What does any of this mean, well, probably nothing. I keep trying to remember that none of us are alone. We have each other and the Holy Divine still walks with us. Still despite all that I know, have seen, and experienced I am sometimes afraid. Afraid for our grandchildren, and the children of our friends.  I am afraid for those who work with the homeless with little to no protective gear and pray every day for their safety.  My fear leads to anger when I hear of the lack of concern for our indigenous neighbors, all people of color, people who are disabled and therefore especially at risk, and the elderly who, unlike John and I, are confined within an institution.

I am also afraid for our nation, I am afraid for my family, and I am afraid for my community. I do not know what the future will bring. I pray, I hope, I pray,

Ruth Jewell, ©May 24, 2020
Photo: Troublesome Creek, WA, 2006, by Ruth Jewell

A Prayer for the Journey

As we continue to struggle with isolation, fears surrounding Covid-19, too much information, the lack of information, and misinformation I offer this prayer as we all journey the road together.

Ruth Jewell, ©April 28, 2020

Photo: Bryce Thompson Arboretum, Arizona, 2005, by Ruth Jewell.

I Thought I saw You

I thought I saw you
down there at the end of the lane.
Was it you I saw
holding a violet to you breast?
Was it you I saw
gazing into the distant hills
with such a far away look?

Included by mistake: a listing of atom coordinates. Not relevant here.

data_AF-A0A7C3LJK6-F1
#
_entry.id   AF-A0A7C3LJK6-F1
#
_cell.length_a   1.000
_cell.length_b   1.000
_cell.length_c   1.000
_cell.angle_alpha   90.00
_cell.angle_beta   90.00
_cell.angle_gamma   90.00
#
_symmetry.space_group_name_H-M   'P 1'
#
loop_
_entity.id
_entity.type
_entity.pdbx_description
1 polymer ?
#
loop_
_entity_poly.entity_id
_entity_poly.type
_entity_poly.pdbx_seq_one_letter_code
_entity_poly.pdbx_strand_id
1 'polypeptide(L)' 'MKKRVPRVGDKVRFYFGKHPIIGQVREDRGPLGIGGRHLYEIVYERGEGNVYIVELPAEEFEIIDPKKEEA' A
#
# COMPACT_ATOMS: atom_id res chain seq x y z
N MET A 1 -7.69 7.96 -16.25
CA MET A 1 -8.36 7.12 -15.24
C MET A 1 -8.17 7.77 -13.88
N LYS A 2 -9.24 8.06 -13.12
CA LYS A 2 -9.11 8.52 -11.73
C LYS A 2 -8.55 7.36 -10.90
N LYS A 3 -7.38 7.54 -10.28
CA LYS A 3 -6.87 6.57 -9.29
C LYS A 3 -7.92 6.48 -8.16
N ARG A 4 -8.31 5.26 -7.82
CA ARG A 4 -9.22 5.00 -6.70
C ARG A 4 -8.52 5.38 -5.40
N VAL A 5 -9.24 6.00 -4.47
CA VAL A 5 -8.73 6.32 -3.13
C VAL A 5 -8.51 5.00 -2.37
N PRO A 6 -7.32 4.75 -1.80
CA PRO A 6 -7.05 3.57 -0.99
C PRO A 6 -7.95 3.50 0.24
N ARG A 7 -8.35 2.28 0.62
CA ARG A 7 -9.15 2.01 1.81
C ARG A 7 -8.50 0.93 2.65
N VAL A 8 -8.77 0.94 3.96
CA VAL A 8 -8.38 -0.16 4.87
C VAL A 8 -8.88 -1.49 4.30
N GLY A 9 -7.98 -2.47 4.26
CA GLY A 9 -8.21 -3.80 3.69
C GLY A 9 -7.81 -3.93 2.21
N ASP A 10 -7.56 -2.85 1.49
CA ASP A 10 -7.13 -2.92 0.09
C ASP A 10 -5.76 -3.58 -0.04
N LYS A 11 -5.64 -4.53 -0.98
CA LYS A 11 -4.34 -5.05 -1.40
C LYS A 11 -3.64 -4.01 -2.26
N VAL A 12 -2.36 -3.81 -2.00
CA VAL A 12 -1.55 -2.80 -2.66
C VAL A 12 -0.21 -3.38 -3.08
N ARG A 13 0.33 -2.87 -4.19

Were you waiting
for someone you love
to come and hold you?

I thought I saw you
down there at the end of the lane.
Was it you with tears
filling your eyes?
Did I see you reach
into emptiness hoping
someone would reach back?

I thought I saw you
down there at the end the lane
waiting for someone.
I saw you kneel in the grass
with violets all around and
I watched you pray.
As you stand and walk away
I prayed for you.

My spirit reaches out to you,
surrounding you, supporting you,
loving you, sending your heart strength.
It is all I have to offer
I cannot promise
all will be well.
I can only watch and guard.
I can only send courage and walk with you,
wait with you.
I cannot give you all you want.
All I can give, from my end of the lane,
is love and hope.

Ruth Jewel, ©March 16, 2020
Photo: The Guardian of the Woods

House of Worship

. . . Long ago, Long ago

Long ago this was a great house of worship
Men came from far and wide
To hear powerful leaders speak of God

. . . Today, Today

Today I am old and only my bones remain
The grass, the flowers, the trees worship here now
Fox, and mice, and birds all congregate

. . . Now, Now

Now sermons are the gentle whispers of wind and rain
Mice lead with tiny voiced prayers
Wrens lead a choir of sparrows and finches